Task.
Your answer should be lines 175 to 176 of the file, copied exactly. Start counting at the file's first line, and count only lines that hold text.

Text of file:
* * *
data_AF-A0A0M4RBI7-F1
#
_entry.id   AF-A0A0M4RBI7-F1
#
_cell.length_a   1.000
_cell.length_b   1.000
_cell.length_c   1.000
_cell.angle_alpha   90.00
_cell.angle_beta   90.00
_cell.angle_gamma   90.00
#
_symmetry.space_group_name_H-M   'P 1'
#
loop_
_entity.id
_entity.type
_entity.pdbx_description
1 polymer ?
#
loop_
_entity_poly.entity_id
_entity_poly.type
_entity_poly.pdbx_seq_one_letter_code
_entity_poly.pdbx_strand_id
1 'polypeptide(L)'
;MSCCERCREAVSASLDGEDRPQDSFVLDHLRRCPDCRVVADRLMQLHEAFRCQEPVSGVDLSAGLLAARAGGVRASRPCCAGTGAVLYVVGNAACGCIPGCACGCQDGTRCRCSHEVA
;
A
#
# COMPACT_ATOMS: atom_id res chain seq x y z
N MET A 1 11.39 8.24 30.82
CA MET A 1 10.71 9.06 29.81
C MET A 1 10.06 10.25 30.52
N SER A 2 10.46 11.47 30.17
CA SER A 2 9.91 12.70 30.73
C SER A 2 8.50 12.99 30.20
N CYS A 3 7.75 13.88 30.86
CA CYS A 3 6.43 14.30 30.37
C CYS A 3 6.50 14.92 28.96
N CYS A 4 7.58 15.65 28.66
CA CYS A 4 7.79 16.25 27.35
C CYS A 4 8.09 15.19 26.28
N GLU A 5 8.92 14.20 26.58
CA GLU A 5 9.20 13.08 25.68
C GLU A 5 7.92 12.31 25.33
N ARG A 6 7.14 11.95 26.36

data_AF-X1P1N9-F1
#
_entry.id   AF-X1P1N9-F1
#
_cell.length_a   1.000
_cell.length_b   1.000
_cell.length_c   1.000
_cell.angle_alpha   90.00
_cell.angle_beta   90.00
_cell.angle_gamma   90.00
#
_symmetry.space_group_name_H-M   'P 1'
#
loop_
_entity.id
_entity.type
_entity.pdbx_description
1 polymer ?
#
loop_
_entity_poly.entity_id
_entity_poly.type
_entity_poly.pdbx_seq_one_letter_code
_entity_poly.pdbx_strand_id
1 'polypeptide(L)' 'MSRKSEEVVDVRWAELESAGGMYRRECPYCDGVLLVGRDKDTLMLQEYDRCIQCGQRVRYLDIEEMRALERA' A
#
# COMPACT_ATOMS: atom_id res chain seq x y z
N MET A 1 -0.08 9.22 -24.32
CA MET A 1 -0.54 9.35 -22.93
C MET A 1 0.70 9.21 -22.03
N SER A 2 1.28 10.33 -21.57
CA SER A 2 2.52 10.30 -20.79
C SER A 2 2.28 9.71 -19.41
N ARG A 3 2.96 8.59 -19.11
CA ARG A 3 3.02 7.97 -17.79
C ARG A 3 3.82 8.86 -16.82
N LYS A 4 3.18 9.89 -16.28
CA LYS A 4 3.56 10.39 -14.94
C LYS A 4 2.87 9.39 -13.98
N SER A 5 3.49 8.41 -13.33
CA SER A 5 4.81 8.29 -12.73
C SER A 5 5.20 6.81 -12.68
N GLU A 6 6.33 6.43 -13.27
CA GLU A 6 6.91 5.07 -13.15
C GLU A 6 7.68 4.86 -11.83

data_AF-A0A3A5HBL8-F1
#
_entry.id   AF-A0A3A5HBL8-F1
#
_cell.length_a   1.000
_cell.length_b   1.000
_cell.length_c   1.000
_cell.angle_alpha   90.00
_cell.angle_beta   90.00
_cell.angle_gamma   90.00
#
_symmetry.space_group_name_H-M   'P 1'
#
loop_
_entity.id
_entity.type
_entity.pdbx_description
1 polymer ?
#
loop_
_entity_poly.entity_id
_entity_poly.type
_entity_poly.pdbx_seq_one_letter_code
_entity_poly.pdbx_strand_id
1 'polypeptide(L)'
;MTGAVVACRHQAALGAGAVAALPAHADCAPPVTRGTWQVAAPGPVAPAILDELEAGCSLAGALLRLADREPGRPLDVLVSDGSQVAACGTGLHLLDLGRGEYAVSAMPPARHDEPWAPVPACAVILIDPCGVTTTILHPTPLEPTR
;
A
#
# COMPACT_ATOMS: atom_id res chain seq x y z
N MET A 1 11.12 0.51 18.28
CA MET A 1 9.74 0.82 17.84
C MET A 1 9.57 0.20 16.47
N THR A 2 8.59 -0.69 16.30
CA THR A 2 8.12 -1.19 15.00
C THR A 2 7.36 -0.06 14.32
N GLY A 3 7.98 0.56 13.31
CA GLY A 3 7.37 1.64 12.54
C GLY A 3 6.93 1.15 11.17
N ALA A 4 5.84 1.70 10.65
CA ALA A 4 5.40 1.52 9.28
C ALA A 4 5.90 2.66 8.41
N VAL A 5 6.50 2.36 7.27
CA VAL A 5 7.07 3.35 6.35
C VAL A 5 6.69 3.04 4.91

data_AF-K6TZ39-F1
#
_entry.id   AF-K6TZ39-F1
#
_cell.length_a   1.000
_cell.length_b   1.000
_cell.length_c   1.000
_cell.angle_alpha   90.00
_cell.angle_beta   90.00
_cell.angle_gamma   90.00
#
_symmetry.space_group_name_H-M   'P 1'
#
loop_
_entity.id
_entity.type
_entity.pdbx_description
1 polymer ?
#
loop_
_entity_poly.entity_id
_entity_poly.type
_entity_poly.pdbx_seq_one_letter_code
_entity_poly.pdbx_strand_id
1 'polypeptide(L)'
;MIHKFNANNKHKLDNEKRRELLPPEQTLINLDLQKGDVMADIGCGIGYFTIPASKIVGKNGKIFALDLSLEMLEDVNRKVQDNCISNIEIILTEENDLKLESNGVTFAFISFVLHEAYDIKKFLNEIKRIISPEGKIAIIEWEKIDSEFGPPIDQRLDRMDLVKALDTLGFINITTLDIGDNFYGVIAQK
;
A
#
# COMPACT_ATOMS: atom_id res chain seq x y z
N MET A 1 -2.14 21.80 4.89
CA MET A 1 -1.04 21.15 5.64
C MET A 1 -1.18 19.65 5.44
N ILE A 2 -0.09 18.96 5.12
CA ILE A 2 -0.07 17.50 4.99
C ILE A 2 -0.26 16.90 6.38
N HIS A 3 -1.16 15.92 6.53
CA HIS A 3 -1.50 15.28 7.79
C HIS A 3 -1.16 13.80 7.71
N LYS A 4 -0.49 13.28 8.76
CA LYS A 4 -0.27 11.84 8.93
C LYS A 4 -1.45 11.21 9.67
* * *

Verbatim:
C HIS A 3 -1.16 13.80 7.71
N LYS A 4 -0.49 13.28 8.76